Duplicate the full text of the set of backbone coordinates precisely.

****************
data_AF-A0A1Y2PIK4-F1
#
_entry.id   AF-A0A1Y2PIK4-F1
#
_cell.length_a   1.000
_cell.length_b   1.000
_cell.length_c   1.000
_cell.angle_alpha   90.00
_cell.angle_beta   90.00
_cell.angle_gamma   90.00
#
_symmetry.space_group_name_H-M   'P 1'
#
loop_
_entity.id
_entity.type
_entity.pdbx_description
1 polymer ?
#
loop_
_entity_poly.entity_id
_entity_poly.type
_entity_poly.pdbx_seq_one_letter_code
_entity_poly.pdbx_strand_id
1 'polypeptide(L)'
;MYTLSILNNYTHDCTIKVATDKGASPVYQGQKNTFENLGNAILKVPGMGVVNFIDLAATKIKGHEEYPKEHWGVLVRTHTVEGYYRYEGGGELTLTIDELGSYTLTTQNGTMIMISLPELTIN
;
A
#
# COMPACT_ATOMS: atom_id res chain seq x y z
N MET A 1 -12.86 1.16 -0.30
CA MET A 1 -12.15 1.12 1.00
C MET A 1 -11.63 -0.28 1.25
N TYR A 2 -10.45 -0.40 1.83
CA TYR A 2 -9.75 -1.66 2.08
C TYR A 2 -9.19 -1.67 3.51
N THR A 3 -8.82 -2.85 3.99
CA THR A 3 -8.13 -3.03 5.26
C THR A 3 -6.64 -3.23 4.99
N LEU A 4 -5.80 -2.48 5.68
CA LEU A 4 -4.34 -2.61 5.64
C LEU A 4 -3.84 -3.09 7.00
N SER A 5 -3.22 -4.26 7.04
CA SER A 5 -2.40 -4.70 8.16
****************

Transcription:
data_AF-A0A1Y2PIK4-F1
#
_entry.id   AF-A0A1Y2PIK4-F1
#
_cell.length_a   1.000
_cell.length_b   1.000
_cell.length_c   1.000
_cell.angle_alpha   90.00
_cell.angle_beta   90.00
_cell.angle_gamma   90.00
#
_symmetry.space_group_name_H-M   'P 1'
#
loop_
_entity.id
_entity.type
_entity.pdbx_description
1 polymer ?
#
loop_
_entity_poly.entity_id
_entity_poly.type
_entity_poly.pdbx_seq_one_letter_code
_entity_poly.pdbx_strand_id
1 'polypeptide(L)'
;MYTLSILNNYTHDCTIKVATDKGASPVYQGQKNTFENLGNAILKVPGMGVVNFIDLAATKIKGHEEYPKEHWGVLVRTHTVEGYYRYEGGGELTLTIDELGSYTLTTQNGTMIMISLPELTIN
;
A
#
# COMPACT_ATOMS: atom_id res chain seq x y z
N MET A 1 -12.86 1.16 -0.30
CA MET A 1 -12.15 1.12 1.00
C MET A 1 -11.63 -0.28 1.25
N TYR A 2 -10.45 -0.40 1.83
CA TYR A 2 -9.75 -1.66 2.08
C TYR A 2 -9.19 -1.67 3.51
N THR A 3 -8.82 -2.85 3.99
CA THR A 3 -8.13 -3.03 5.26
C THR A 3 -6.64 -3.23 4.99
N LEU A 4 -5.80 -2.48 5.68
CA LEU A 4 -4.34 -2.61 5.64
C LEU A 4 -3.84 -3.09 7.00
N SER A 5 -3.22 -4.26 7.04
CA SER A 5 -2.40 -4.70 8.16